Over the last months, I’ve developed two Python packages: atlasify and nnfwtbn. The former is a package which applies the ATLAS collaboration specific plotting style to matplotlib plots, while the latter is a framework to train neural network tailored for high-energy physics based on keras. Both frameworks have a special focus on plotting. While the demand and the code base of two projects grew rapidly, I ran into two independent issues with matplotlib. At first, I assumed there is an issue in the way I use matplotlib; however, it turned out to be a bug in matplotlib itself.

I’ve submitted a pull request for both issues. The current master version of matplotlib contains both fixes. This article briefly describes the second of these issues and is part 2 of this series. The other bug was detailed in another article.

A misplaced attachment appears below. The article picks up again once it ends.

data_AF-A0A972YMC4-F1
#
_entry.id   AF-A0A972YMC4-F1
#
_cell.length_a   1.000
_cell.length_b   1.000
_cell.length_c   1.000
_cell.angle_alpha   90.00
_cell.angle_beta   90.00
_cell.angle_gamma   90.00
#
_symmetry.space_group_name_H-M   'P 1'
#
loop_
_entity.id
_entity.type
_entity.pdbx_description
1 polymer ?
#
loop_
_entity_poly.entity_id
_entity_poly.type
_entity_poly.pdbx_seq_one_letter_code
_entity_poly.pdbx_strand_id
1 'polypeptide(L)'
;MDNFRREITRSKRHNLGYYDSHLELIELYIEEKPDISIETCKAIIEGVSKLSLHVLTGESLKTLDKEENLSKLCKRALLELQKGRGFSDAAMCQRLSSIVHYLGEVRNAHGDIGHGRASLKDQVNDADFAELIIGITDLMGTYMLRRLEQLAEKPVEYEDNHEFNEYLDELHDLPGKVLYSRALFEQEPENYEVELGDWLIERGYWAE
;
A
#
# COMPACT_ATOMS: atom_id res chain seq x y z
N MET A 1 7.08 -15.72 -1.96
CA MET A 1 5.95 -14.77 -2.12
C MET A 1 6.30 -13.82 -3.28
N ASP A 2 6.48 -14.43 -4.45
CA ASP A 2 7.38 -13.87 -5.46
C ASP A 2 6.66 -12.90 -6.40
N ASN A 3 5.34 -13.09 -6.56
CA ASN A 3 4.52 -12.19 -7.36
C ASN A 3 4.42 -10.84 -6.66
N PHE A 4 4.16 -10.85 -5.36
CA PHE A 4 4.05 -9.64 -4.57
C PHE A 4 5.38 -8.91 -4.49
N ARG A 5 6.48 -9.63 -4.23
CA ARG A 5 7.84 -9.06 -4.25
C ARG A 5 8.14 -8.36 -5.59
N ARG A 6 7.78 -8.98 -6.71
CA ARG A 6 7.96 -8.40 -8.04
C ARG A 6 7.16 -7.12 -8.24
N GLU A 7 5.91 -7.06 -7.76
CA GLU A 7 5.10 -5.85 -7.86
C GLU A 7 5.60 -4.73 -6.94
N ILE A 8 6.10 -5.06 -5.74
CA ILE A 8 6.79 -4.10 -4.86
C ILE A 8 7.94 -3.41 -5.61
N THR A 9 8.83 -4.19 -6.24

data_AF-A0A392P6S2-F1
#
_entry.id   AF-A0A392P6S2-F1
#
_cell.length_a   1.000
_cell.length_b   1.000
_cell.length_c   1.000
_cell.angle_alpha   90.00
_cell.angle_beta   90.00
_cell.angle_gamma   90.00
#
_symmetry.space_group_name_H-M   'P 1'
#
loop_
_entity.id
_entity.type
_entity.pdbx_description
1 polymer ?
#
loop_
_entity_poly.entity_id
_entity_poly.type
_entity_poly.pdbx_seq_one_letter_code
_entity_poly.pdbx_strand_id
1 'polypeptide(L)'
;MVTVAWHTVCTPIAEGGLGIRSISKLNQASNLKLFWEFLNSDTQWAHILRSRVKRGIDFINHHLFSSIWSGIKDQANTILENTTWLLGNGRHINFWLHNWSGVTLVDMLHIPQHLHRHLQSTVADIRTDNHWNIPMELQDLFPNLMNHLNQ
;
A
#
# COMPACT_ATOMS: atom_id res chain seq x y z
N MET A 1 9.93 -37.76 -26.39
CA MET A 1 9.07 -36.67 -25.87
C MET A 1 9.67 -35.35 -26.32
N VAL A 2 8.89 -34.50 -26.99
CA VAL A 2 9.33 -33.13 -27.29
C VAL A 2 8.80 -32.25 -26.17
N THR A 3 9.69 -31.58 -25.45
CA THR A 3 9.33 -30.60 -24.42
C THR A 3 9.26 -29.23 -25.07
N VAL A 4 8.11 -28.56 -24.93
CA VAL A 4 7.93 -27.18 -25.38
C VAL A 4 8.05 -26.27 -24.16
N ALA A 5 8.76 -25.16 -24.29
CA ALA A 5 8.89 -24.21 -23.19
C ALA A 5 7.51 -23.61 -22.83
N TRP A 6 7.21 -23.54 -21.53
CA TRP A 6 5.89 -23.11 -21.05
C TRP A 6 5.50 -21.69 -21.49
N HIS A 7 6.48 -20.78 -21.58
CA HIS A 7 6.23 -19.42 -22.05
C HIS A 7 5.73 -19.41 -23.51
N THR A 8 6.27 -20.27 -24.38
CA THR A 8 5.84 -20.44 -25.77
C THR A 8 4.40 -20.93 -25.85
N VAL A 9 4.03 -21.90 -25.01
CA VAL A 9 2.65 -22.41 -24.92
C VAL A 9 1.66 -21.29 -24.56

In high energy physics, the most common way to present data is in the form of a histogram, especially stacked histograms. In many cases, the data is already histogrammed, so I have to use the bottom and weights argument of matplotlib’s hist method. Consider the following snippet.

import matplotlib.pyplot as plt

entries = [2, 3]

# Bin edges
bins = [0, 1, 2]

         bottom=[1, 2],  # Set lower edge


The usage might look a bit weird, but this is a convenient way to achieve this particular task. The output, however, looks as follows:

Histogram which wrong outline

The first bin doesn’t look right. The bottom outline of the first bin should be horizontal and not be connected to the origin. As it turned out this was a bug in matplotlib. Version 3.3 will contain an updated version, which properly renders the histogram.